Snowboards don’t have uncomfortable looking saddles.

It might be equally intriguing and uninformative to ask why unicycling hasn’t taken off like pizza or birth control.

snowbaording is cool and unicycling is (unfortunately) not even close

Exactly what I was going to say.

I really enjoy snowboarding, but there is a huge image/culture thing associated with it. Actually, I think it used to be even cooler in the 90’s or even ten years ago, but snowboarding still has that cool, relaxed image thing sort of like a rich/elite skaterboarding culture: Sometimes half of the snowboarders hanging around the half pipe are pure posers with all the right expensive baggy clothes and cool brands and their shirts hanging out and pants hanging down just right and the awesome bug-eyed mirrored goggles, but they can’t even ride in the half pipe! I don’t have the coolest snowboard gard but I just ride :slight_smile:

But I think with unicycling it is really both:
a) people perceive unicycling as too difficult and something they can’t readily learn
AND
b) because unicycling isn’t perceived as being ultra-cool (but rather strange or something only for young girls or cicurs clowns) people don’t aspire to learn to unicycle (compare this to aspiring to play the guitar because it is cool or learning to snowboard because it is cool or riding a motorcycle because it is cool). So no one sets out to learn to unicycle to be cool and show people how awesome they are like these activities.

As to snowboarding, I had the advantage of already being an experienced skier, but I learned to snowboard in one day (I was riding black slopes and jumping at the end of my first day). Although my best friend did not learn on the first day and fell all the time and took forever to get up and ended the day complaining of bruised ribs (he stayed with it and did learn later). Comparatively, having already been an experienced freeride mountain biker and trials bike rider, I learned to unicycle in two days in about 4-5 hours. So actually pretty close to the same amount of time, although after 6-7 hours of snowboarding I was already “cool” and jumping, whereas after 6-7 hours of unicycling I could only ride 50ft and do a few turns (not so ultra-cool and didn’t impress anyone).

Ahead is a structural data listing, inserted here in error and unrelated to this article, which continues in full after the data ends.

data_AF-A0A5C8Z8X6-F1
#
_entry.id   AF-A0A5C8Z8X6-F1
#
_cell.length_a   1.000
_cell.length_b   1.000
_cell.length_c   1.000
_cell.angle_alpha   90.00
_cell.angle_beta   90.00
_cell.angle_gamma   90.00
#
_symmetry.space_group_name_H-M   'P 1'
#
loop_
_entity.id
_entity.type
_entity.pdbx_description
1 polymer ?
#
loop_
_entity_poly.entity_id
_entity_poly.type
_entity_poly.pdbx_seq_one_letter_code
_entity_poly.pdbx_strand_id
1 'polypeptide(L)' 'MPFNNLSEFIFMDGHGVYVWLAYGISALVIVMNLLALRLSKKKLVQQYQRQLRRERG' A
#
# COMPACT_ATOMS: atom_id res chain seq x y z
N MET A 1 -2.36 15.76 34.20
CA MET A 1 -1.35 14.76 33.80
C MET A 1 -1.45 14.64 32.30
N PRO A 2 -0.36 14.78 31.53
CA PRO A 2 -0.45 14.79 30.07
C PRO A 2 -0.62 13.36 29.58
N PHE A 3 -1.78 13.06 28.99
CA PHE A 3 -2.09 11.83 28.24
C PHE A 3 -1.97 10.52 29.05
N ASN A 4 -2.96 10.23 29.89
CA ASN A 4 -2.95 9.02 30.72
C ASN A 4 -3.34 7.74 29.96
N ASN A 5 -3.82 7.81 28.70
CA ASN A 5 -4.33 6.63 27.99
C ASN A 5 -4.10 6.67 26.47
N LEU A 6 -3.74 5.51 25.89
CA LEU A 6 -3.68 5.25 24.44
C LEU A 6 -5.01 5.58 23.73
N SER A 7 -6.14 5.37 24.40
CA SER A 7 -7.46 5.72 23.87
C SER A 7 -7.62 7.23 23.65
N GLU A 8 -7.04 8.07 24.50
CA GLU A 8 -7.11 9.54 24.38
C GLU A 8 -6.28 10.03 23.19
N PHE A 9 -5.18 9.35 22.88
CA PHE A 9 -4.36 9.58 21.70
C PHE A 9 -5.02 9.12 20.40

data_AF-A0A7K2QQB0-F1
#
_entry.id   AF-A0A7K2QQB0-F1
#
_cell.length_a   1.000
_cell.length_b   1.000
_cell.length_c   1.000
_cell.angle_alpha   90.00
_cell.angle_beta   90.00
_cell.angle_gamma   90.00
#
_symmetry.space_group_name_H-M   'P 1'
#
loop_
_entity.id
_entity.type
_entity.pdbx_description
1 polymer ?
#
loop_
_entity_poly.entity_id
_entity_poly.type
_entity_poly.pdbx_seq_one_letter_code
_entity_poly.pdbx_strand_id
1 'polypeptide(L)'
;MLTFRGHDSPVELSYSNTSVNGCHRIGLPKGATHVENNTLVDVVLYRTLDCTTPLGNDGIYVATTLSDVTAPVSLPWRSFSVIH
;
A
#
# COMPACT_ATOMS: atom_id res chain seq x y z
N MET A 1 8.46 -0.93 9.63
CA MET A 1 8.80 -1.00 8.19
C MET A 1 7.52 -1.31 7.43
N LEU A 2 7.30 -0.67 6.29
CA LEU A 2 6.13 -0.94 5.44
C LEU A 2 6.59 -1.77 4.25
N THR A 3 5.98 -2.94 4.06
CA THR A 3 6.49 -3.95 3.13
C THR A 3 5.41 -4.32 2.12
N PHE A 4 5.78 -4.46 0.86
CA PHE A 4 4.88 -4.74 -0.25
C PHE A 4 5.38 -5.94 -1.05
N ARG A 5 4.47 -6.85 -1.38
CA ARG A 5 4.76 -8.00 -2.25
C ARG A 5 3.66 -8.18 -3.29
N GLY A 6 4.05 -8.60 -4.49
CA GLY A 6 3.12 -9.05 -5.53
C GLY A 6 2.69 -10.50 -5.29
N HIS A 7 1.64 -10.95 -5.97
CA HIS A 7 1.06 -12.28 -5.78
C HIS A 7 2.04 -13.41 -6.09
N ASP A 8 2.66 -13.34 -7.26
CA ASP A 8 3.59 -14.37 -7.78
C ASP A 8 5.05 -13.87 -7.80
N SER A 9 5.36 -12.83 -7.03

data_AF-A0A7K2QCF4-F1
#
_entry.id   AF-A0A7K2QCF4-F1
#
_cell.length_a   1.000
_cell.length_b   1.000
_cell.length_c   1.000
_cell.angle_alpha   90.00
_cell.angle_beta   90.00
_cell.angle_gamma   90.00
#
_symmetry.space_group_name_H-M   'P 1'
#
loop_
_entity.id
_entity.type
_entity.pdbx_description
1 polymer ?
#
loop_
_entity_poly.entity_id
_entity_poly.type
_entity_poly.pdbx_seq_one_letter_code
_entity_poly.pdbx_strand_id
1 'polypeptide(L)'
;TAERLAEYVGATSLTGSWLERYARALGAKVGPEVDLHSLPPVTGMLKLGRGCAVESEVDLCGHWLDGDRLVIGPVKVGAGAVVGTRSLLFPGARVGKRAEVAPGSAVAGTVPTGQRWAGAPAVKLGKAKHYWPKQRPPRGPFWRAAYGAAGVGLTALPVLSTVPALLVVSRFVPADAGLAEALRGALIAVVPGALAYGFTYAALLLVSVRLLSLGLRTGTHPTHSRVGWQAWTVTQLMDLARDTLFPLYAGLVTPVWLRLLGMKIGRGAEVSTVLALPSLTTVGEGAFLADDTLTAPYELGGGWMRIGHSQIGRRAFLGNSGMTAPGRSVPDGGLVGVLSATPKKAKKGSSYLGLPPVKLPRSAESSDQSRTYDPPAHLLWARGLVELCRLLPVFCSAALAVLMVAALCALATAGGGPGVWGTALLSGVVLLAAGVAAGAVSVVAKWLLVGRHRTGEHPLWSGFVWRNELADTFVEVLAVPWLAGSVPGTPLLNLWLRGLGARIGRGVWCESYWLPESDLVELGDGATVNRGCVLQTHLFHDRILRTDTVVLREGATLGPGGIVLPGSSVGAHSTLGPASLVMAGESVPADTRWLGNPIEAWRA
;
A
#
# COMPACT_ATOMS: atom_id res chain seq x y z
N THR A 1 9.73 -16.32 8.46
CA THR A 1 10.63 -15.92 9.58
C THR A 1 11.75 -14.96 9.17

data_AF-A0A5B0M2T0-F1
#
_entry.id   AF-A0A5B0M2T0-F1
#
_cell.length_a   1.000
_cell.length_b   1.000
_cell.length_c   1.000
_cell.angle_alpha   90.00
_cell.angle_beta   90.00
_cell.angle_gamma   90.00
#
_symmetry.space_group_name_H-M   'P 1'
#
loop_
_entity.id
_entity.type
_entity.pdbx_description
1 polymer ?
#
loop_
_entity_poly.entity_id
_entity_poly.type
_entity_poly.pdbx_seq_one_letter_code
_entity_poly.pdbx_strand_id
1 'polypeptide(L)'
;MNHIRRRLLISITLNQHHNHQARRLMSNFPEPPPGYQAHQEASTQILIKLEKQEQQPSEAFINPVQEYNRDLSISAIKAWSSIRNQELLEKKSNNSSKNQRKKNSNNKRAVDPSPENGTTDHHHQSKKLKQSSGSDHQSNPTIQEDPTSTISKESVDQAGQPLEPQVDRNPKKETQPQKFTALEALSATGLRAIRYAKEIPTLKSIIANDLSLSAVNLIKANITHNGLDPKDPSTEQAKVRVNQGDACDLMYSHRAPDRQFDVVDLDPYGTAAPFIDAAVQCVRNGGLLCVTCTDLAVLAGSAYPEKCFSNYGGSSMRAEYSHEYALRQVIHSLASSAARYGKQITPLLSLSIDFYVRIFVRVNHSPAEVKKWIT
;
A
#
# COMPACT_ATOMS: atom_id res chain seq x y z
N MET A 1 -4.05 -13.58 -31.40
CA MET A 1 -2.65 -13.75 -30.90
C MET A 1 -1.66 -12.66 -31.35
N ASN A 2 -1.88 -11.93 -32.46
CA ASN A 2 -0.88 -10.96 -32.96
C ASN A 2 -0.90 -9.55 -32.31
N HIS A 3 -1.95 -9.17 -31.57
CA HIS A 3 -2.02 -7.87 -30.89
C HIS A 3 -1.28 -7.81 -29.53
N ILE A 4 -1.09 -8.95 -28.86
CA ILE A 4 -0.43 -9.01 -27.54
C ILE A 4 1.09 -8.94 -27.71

I am both a fast learner and I really enjoy being challenged and working hard to learn new things (they go hand in hand). So for me it is sometimes also hard to understand why unicylcing isn’t more popular: I think, “how can so few other people figured out that this is so much fun!” My wife is trying to learn to unicycle right now (about 4 times of 30+ minutes over a few months) and she is actually doing very well. However, she gets so frustrated and would probably have quit if I weren’t helping and encouraging her.

You’re right except marketing is done because people see potential to earn a lot of money: i.e. spend money on marketing with good prospects to then earn a lot more lot money. For snowboarding that potential is huge: snowboards, lift tickets, ski hotels, jackets, helmets, boots, etc.

Likewise for mountain biking or so many other sports. If a “normal” company saw great potential for unicycling then there might be large-scale marketing, but where is the convincing business plan for all the potential cash/profit in unicycling? KH and Nimbus make great products but I don’t think they’re expecting double-digit growth: sadly I would guess the fat-bike industry has more sales and makes more money than unicycling (fat bikes also cost more but only because people are willing to spend $2-6k on a fat bike, mostly because of the cool image but also the marketing).